Question:

I want to know if it is necessary to say "I baptize you in the name of the Father, and the Son and the Holy Spirit" during a baptism? And is immersion valid if it is done once in the name of the Father, once in the name of the Son and once in the name of the Holy Spirit (i.e dipping one thrice)?

I know you're being bombarded with questions. I pray God keeps you around for a very long time to come.

Answer:

The phrase "in the name of ..." means "by the authority given by ..." in more modern English. However, we still sometimes say, "Stop in the name of the law!" There is no set formula of words that are required to be spoken at a baptism. See: What is the proper thing to say as you are baptizing someone? Whether you say it is by the authority of the Father, the Son, and the Holy Spirit or you do it because of the authority grants to you, it doesn't change what is being done.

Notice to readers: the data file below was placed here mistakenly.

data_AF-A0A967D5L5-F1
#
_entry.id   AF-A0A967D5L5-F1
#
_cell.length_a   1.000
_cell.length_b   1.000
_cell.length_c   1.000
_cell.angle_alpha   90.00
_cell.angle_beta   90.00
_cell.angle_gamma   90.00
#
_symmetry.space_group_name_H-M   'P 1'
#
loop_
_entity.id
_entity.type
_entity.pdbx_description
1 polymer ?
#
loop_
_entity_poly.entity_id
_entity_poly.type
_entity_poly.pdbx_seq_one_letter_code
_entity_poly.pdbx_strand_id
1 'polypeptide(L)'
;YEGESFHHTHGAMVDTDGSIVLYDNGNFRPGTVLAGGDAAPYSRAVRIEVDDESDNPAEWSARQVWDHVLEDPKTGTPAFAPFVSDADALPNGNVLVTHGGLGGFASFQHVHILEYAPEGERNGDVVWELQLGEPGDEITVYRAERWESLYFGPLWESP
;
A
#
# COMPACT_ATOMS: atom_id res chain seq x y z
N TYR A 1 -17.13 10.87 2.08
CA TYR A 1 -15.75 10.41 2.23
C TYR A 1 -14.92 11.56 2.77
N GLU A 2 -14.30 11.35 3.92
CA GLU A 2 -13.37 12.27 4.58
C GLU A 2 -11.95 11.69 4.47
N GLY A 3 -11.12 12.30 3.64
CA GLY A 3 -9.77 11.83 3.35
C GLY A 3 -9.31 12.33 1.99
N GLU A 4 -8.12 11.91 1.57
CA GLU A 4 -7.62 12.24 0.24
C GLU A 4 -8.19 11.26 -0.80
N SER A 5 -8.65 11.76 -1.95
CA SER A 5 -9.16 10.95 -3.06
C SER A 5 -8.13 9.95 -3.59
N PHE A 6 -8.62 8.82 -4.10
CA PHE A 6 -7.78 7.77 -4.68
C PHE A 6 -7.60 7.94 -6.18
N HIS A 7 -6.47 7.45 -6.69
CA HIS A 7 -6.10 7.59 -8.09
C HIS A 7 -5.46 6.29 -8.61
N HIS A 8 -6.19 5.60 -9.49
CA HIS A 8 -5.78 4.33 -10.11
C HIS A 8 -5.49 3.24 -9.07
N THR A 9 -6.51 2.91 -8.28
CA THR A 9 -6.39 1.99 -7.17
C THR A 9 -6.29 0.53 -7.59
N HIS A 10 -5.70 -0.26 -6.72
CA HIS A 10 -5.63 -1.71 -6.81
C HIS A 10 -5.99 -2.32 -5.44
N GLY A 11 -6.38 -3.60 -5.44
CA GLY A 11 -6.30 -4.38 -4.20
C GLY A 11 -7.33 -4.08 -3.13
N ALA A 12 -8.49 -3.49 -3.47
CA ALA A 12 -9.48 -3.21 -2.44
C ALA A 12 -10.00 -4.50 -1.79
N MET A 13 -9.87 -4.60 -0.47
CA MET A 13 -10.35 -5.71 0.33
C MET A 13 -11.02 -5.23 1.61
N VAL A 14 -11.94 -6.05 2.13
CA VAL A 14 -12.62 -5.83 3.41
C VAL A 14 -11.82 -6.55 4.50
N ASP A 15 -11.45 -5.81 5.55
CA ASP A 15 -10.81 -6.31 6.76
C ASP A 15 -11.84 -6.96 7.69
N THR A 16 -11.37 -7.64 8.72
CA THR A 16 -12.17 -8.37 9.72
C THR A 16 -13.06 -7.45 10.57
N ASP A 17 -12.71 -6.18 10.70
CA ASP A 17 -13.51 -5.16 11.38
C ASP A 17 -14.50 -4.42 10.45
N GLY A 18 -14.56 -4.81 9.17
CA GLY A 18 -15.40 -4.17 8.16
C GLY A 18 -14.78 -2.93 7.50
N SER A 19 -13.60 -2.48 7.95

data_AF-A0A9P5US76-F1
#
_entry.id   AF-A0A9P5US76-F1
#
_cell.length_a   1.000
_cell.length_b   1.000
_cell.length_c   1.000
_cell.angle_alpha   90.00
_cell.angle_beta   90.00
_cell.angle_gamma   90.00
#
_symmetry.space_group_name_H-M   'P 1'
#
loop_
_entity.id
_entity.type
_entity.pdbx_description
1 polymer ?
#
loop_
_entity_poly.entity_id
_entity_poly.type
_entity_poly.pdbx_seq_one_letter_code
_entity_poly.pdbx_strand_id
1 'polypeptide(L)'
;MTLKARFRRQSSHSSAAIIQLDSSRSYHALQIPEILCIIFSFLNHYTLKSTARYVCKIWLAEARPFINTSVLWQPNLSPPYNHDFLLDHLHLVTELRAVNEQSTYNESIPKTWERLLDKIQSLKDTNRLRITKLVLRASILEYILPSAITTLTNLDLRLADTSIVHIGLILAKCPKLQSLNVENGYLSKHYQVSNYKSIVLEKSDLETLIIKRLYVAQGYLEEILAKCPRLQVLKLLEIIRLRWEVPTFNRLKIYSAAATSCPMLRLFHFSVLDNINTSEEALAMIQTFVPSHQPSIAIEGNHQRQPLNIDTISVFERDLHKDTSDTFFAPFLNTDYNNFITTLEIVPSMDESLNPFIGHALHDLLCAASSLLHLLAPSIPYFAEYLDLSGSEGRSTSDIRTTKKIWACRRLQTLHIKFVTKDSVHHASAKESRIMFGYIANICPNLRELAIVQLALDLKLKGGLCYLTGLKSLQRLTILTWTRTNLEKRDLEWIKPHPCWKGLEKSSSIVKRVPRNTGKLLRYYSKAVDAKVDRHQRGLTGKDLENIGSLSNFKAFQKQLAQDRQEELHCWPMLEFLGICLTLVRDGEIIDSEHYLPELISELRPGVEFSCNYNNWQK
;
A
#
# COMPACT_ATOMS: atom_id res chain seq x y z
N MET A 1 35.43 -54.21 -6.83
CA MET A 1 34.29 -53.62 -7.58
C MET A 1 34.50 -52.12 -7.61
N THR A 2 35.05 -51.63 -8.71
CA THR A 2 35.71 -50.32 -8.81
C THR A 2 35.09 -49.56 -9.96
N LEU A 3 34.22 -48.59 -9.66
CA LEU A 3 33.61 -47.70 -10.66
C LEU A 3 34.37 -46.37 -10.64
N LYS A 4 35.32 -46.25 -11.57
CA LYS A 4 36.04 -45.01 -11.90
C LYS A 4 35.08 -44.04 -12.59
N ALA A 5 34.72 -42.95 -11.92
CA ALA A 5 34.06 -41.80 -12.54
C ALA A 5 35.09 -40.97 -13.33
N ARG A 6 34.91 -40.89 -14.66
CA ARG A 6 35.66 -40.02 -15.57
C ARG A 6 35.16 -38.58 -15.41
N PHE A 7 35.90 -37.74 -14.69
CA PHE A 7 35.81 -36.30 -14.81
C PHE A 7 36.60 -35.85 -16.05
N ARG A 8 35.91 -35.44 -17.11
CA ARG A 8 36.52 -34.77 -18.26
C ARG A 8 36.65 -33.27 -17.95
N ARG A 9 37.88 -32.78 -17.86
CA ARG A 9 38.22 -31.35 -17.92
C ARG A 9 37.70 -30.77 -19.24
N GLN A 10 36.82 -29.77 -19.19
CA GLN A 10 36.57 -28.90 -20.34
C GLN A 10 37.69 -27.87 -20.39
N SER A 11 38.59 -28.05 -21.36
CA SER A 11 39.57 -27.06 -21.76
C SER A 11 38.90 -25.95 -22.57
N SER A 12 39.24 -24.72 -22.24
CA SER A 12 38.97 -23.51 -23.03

Baptisms, where a person is immersed three times, are practiced by the Orthodox Church and the Church of the Brethren. The idea is drawn from Matthew 28:20; however, the passage discusses one baptism done by the authority of the three beings of the Godhead. It also misses the symbolism of baptism as discussed by Paul in Romans 6:3-7. Baptism is a representation of the death, burial, and resurrection of Jesus. Going down into the water represents Jesus' death, being underwater represents his burial, and coming up from the water represents his resurrection. Three immersion doesn't carry the same representation. Then there is the problem that in the many mentions of baptism in the New Testament, not one indicates the person being baptized was immersed three times.

 

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